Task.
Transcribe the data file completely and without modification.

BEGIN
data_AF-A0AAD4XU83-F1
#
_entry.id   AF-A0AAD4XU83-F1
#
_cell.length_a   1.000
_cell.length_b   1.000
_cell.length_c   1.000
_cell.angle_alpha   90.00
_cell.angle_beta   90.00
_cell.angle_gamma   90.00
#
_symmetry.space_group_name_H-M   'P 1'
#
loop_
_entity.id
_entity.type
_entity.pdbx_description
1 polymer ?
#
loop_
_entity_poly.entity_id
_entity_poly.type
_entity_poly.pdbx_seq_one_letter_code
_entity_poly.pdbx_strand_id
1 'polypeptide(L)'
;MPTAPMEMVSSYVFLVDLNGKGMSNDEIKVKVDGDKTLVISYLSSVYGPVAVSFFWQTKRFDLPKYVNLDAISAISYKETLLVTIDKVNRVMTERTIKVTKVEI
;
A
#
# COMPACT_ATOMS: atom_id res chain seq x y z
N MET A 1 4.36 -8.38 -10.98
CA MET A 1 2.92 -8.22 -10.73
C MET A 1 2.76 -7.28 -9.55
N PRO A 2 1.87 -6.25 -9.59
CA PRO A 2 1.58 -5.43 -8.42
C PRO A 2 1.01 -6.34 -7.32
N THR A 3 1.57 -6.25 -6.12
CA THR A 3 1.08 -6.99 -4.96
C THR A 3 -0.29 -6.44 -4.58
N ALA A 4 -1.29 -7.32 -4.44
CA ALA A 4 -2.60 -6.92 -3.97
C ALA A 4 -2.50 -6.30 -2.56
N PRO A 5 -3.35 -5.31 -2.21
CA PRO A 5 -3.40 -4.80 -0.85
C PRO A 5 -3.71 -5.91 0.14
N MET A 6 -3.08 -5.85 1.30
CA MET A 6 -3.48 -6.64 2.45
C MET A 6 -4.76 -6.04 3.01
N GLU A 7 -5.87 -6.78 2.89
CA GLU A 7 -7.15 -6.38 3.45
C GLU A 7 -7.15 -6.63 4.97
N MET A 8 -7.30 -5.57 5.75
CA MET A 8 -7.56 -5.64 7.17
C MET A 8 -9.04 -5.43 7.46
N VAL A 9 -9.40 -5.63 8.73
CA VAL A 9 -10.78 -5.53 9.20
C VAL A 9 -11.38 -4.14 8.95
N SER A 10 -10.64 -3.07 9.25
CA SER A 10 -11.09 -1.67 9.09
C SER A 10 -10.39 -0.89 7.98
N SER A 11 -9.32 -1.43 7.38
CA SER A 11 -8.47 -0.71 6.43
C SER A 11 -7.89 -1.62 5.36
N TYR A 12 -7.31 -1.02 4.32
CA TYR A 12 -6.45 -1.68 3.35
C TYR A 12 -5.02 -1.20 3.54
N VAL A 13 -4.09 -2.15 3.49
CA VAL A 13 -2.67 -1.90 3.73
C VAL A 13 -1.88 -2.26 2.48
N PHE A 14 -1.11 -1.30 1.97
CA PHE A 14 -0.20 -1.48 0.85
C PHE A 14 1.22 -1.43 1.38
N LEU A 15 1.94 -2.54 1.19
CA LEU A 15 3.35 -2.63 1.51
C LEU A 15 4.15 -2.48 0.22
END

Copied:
data_AF-A0AAD4XU83-F1
#
_entry.id   AF-A0AAD4XU83-F1
#
_cell.length_a   1.000
_cell.length_b   1.000
_cell.length_c   1.000
_cell.angle_alpha   90.00
_cell.angle_beta   90.00
_cell.angle_gamma   90.00
#
_symmetry.space_group_name_H-M   'P 1'
#
loop_
_entity.id
_entity.type
_entity.pdbx_description
1 polymer ?
#
loop_
_entity_poly.entity_id
_entity_poly.type
_entity_poly.pdbx_seq_one_letter_code
_entity_poly.pdbx_strand_id
1 'polypeptide(L)'
;MPTAPMEMVSSYVFLVDLNGKGMSNDEIKVKVDGDKTLVISYLSSVYGPVAVSFFWQTKRFDLPKYVNLDAISAISYKETLLVTIDKVNRVMTERTIKVTKVEI
;
A
#
# COMPACT_ATOMS: atom_id res chain seq x y z
N MET A 1 4.36 -8.38 -10.98
CA MET A 1 2.92 -8.22 -10.73
C MET A 1 2.76 -7.28 -9.55
N PRO A 2 1.87 -6.25 -9.59
CA PRO A 2 1.58 -5.43 -8.42
C PRO A 2 1.01 -6.34 -7.32
N THR A 3 1.57 -6.25 -6.12
CA THR A 3 1.08 -6.99 -4.96
C THR A 3 -0.29 -6.44 -4.58
N ALA A 4 -1.29 -7.32 -4.44
CA ALA A 4 -2.60 -6.92 -3.97
C ALA A 4 -2.50 -6.30 -2.56
N PRO A 5 -3.35 -5.31 -2.21
CA PRO A 5 -3.40 -4.80 -0.85
C PRO A 5 -3.71 -5.91 0.14
N MET A 6 -3.08 -5.85 1.30
CA MET A 6 -3.48 -6.64 2.45
C MET A 6 -4.76 -6.04 3.01
N GLU A 7 -5.87 -6.78 2.89
CA GLU A 7 -7.15 -6.38 3.45
C GLU A 7 -7.15 -6.63 4.97
N MET A 8 -7.30 -5.57 5.75
CA MET A 8 -7.56 -5.64 7.17
C MET A 8 -9.04 -5.43 7.46
N VAL A 9 -9.40 -5.63 8.73
CA VAL A 9 -10.78 -5.53 9.20
C VAL A 9 -11.38 -4.14 8.95
N SER A 10 -10.64 -3.07 9.25
CA SER A 10 -11.09 -1.67 9.09
C SER A 10 -10.39 -0.89 7.98
N SER A 11 -9.32 -1.43 7.38
CA SER A 11 -8.47 -0.71 6.43
C SER A 11 -7.89 -1.62 5.36
N TYR A 12 -7.31 -1.02 4.32
CA TYR A 12 -6.45 -1.68 3.35
C TYR A 12 -5.02 -1.20 3.54
N VAL A 13 -4.09 -2.15 3.49
CA VAL A 13 -2.67 -1.90 3.73
C VAL A 13 -1.88 -2.26 2.48
N PHE A 14 -1.11 -1.30 1.97
CA PHE A 14 -0.20 -1.48 0.85
C PHE A 14 1.22 -1.43 1.38
N LEU A 15 1.94 -2.54 1.19
CA LEU A 15 3.35 -2.63 1.51
C LEU A 15 4.15 -2.48 0.22